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Old 9th March 2009, 10:33   #61
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Originally Posted by gemithomas View Post
Would it be possible that mileage drops if you drive sedately (around 1500 rpm) and not letting the turbo kick at around 1800? I mean is it just the opposite than petrols where you tend to get better F.E running at lower rpms
Exactly my concern.. I dont drive too fast and generally <60 at around 1600-1800 rpm.
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Old 9th March 2009, 11:02   #62
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Since most of my driving is within the city with a few highway trips, I generally stick to a speed of 55-65 kmph in the city and consistently get a mileage of 17.5-19 kmpl in the city with minimal use (30%) of the AC on my Alto.

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Old 9th March 2009, 11:59   #63
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Default Fuel Economy with my Swift Dzire ZDI

I have been driving my Swift Dzire ZDI (Diesel) approx. 75 - 80 Km daily from the time I purchased it in June 2008. I have been getting a consistent average of 20 - 22 kmpl in Mumbai with the AC on. Of course I use the 5th gear almost always (not difficult in this car due to its high torque), switch off the engine at signals (since my path is the same I know how much waiting I can expect) and drive in slow-moving traffic by just controlling the clutch and no accelerator (again thanks to the fantastic engine torque).

A little R & D I have done shows that the best fuel efficiency in my car is obtained at 2000rpm and at a speed of 80kmph in the 5th gear.
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Old 9th March 2009, 12:19   #64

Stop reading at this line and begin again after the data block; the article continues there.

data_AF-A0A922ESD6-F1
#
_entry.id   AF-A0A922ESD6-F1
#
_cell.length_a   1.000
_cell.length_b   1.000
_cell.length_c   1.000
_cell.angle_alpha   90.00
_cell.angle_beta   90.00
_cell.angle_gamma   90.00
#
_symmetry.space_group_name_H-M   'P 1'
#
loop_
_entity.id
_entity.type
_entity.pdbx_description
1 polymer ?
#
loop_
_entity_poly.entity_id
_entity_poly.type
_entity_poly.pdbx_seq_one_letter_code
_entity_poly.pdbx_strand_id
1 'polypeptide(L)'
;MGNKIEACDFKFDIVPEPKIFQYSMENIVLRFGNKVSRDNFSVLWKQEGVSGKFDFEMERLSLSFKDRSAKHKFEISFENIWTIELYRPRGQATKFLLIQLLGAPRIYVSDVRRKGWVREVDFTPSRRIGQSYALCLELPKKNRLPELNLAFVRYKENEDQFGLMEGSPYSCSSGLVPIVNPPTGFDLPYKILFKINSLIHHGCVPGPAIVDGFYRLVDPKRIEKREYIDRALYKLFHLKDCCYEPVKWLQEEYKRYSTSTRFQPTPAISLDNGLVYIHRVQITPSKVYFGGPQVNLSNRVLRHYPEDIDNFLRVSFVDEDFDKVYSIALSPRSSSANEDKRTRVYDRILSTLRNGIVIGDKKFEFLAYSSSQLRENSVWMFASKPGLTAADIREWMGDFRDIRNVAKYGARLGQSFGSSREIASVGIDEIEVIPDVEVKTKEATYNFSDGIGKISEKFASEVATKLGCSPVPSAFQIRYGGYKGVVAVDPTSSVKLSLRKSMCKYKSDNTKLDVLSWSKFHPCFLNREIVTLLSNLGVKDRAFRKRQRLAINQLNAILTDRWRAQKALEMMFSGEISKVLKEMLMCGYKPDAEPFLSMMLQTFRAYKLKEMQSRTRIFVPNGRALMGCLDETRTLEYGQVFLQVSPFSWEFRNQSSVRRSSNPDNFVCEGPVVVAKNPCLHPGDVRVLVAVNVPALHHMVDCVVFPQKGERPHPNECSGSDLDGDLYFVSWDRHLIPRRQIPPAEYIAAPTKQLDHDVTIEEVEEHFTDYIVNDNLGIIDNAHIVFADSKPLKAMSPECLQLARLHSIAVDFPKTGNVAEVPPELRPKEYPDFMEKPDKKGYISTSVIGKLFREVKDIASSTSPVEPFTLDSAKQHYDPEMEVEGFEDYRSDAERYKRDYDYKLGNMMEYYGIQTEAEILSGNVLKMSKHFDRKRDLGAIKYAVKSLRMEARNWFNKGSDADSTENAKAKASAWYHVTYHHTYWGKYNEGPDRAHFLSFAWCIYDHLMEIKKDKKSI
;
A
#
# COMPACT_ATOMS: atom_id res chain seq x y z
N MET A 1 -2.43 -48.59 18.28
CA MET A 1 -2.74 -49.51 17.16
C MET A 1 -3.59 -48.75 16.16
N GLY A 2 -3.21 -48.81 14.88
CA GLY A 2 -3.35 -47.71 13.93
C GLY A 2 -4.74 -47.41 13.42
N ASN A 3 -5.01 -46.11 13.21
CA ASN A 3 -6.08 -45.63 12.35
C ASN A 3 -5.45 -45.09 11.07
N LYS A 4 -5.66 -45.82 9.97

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Quote:
Originally Posted by gemithomas View Post
Would it be possible that mileage drops if you drive sedately (around 1500 rpm) and not letting the turbo kick at around 1800? I mean is it just the opposite than petrols where you tend to get better F.E running at lower rpms
Absolutely yes. The FE will be far superior when the turbo is on boost, rather than at an rpm where it is barely running.
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Old 9th March 2009, 12:26   #65
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Great that people are concerned about economy rather than high revving. PCRA is running ads touting 20% discount on fuel if we drive sensibly. Using less fuel is both our responsibility. However, better roads and traffic management is the responsibility of the Government.
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Old 9th March 2009, 15:29   #66
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Yes, better road and traffic management could save a lot more fuel than attempts by some individuals to drive at economical speed. There is not much difference in fuel consumed whether a person drives at 40 kmph or 80 kmph provided he is in the proper gear. But, say, if we just had separated lanes for different speeds there would be less braking and acceleration, less accidents and even less road rage, all in addition to fuel economy!
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Old 9th March 2009, 15:35   #67
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Originally Posted by teknophobia View Post
The most economical speed on a diesel car is achieved at the highest gear with just enough pressure on the pedal to supply fuel to the engine. Diesel cars usually have the low end torque to keep the car moving at idle rpms
But isn't that true of all cars, petrol or diesel? Isn't best economy for any particular constant speed achieved by "feathering" the accelerator, i.e. depressing it as minimally as required to maintain that speed, and lifting off a little ever so often, to utilise the car's momentum without burning fuel in the engine?
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Old 9th March 2009, 15:37   #68
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Yesterday, I was watching Overdrive on CNBC and there was a report on Audi A8 W12. Accordingly to Overdrive, the best FE that they got was at speeds of 100 - 120 KMPH, which of course was on highway from Bombay to Goa.
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Old 9th March 2009, 15:45   #69
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I had been driving to Mangalore, thru' Shiradi, Madikeri and even via Shivamogga-Agumbe. Important point to note here is crossing over Western Ghat. On my Swift VXi I had got FE 15.5-16.5 KM/L. Barring the ghat section, it was 110 KM/h speed and RPM showing about 2800 at 5th gear. Occasionally touching 130-140KM/h, RPM showing 3200 or so. The A/C usage was more like 70%-80%. All along, never press the pedal hard.